I’ve never wielded much power. As an adult, the closest thing to power I ever had was when I owned a publication with three employees. And, while I may have never been drunk on power as a kid, I was drunk on horsepower.

I was 16 and stupid. While growing up I drove the back roads behind our farm in a beat-up 1964 International pickup that would shake violently when you hit 55 mph. When I received my driver’s license at 16 my father handed me the keys to a 1967 Ford Thunderbird with a big block 390 engine that generated 315 horsepower. It wasn’t long before I was traveling the highway to the city and back at 80 miles an hour or more.

On one of my typical morning races to classes I came over a rise and saw that my life might end in seconds. A cement truck had been rear-ended by a semitrailer, ejecting the driver from his fully loaded 30-ton cement mixer. Without a driver, the truck meandered lazily in a circle on the four lane highway.

When I first saw it I was two football fields away, traveling towards it at about 120 feet per second. The only thing I had going for me was sheer panic and teenage reflexes. I jammed both feet on the power disk brakes and locked up the bias ply tires, creating a terrible screeching sound and the stench of burnt rubber on my 4,200 pound car.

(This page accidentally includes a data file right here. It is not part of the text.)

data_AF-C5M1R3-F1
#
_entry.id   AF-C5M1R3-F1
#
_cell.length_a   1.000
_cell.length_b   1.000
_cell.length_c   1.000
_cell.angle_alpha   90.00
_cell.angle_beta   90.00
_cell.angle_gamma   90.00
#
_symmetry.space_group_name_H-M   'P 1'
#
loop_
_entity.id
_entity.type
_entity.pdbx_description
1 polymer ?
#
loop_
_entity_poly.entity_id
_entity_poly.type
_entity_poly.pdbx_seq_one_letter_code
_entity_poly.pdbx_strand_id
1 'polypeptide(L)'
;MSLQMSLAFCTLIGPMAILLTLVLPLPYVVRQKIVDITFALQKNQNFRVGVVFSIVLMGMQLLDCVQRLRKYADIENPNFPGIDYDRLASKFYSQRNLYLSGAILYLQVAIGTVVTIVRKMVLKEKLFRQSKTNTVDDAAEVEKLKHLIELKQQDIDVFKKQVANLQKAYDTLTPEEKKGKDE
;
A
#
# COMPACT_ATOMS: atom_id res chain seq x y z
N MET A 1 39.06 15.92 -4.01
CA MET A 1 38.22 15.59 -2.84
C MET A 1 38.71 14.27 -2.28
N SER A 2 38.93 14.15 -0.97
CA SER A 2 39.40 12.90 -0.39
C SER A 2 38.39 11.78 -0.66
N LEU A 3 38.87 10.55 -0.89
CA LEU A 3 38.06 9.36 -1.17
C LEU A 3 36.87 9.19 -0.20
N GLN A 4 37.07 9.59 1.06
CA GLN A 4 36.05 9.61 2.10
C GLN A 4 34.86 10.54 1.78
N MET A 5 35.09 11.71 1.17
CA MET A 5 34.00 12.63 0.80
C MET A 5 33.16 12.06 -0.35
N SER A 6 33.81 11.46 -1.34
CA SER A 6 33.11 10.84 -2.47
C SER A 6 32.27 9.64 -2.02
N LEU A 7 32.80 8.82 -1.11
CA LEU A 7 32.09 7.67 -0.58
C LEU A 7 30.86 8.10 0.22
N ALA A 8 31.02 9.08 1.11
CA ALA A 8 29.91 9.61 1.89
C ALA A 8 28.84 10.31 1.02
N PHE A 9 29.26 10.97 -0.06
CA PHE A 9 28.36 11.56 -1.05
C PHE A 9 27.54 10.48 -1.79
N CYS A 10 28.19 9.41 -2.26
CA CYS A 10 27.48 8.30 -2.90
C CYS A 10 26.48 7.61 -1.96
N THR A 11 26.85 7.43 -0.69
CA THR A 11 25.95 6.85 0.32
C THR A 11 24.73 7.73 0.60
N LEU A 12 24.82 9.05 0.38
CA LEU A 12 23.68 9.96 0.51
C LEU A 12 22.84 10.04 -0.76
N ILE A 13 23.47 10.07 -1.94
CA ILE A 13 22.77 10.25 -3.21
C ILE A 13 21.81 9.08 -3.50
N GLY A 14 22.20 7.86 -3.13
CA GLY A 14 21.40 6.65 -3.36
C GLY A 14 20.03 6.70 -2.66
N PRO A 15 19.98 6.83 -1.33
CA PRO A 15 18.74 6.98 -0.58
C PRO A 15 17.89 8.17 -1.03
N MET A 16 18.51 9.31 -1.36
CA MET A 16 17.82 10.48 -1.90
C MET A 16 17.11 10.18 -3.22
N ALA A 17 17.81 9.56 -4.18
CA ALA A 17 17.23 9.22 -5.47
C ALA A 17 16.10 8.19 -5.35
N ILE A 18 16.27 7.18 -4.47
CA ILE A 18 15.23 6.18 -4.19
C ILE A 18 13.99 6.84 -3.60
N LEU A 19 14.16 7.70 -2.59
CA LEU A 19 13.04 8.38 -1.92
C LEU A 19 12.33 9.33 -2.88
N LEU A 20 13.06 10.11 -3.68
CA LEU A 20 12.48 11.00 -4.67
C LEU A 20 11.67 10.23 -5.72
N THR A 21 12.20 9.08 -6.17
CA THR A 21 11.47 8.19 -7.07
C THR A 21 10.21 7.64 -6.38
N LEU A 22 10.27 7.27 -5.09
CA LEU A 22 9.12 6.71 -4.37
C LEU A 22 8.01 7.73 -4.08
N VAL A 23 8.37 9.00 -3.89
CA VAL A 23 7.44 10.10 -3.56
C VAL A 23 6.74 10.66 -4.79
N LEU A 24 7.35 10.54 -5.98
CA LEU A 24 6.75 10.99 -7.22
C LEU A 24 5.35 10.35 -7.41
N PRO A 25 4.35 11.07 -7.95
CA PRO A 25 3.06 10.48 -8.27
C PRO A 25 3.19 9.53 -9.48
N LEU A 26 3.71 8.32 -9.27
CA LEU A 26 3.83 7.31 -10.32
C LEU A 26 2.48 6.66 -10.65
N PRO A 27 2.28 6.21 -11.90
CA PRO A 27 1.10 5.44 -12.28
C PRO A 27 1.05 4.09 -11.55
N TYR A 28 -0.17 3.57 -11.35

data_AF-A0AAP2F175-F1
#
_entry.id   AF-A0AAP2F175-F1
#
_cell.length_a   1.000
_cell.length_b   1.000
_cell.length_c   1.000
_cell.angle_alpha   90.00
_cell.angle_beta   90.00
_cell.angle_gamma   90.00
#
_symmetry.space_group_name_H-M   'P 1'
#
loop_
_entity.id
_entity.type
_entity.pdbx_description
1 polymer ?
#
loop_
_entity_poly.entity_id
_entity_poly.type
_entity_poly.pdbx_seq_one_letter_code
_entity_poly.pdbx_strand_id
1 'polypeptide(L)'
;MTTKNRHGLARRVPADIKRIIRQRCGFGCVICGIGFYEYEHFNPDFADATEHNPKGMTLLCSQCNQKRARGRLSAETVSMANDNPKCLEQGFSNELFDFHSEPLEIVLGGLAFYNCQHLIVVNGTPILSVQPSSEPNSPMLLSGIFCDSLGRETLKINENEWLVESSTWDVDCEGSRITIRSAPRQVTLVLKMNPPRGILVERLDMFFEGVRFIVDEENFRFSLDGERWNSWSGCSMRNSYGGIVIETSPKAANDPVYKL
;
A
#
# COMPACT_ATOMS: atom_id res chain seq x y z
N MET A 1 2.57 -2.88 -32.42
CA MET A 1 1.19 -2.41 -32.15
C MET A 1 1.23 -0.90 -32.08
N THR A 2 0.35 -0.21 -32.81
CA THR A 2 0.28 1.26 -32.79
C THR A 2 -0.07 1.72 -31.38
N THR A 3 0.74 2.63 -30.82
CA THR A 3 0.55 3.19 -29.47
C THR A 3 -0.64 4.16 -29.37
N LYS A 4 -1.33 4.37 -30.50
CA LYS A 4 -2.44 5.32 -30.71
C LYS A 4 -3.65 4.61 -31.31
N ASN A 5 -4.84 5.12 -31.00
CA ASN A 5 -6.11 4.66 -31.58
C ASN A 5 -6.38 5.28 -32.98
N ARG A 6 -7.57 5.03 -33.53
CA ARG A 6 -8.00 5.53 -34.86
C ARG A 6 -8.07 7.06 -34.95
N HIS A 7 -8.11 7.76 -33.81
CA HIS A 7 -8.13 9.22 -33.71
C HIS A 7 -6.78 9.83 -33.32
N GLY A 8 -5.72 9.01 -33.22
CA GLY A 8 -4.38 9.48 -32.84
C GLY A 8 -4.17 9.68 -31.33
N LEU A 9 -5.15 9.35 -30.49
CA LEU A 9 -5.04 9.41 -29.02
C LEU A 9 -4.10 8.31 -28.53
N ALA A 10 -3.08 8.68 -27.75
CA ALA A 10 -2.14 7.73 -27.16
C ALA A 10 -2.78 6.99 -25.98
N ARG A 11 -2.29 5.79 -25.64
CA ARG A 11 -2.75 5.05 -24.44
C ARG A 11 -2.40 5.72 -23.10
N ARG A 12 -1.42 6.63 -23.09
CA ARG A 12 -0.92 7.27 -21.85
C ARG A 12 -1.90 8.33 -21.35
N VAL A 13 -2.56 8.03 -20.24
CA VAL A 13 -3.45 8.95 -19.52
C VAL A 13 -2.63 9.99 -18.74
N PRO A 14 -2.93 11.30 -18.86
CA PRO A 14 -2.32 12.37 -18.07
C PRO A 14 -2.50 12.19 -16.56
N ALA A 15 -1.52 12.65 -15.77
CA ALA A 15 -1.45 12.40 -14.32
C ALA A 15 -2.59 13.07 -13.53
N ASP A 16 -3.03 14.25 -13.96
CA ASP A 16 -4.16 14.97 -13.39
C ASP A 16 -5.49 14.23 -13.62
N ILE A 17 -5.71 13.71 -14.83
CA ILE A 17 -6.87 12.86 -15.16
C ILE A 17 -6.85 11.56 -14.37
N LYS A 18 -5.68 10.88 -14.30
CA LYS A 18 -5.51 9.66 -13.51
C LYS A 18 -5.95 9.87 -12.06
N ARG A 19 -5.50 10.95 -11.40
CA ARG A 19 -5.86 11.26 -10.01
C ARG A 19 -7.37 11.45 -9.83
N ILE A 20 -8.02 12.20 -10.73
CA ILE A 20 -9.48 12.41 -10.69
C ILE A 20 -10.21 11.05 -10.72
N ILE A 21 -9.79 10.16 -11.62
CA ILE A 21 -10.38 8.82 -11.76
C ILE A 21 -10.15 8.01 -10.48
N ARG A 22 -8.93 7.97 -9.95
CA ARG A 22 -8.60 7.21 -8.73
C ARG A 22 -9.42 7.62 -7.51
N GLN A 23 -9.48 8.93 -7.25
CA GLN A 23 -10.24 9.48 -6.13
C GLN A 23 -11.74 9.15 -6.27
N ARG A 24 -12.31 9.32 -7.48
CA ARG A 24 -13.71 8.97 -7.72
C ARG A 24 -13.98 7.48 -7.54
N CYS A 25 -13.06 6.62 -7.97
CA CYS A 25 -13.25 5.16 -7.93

I cut my speed in half. I pulled as close to the ditch as I could and passed by unscathed. As I looked in my rear view mirror I saw someone shaking their fist at me.

I never drove that recklessly again, but I have a friend, who I’ve known for 40 years, who still loves raw power on what he calls “U.S. steel.” He owns a 2012 Shelby GT-500 with a supercharged 5.4 liter engine which generates a whopping 550 horsepower. He knows of his addiction to horsepower but he is experienced enough and has the right temperament not to abuse it.

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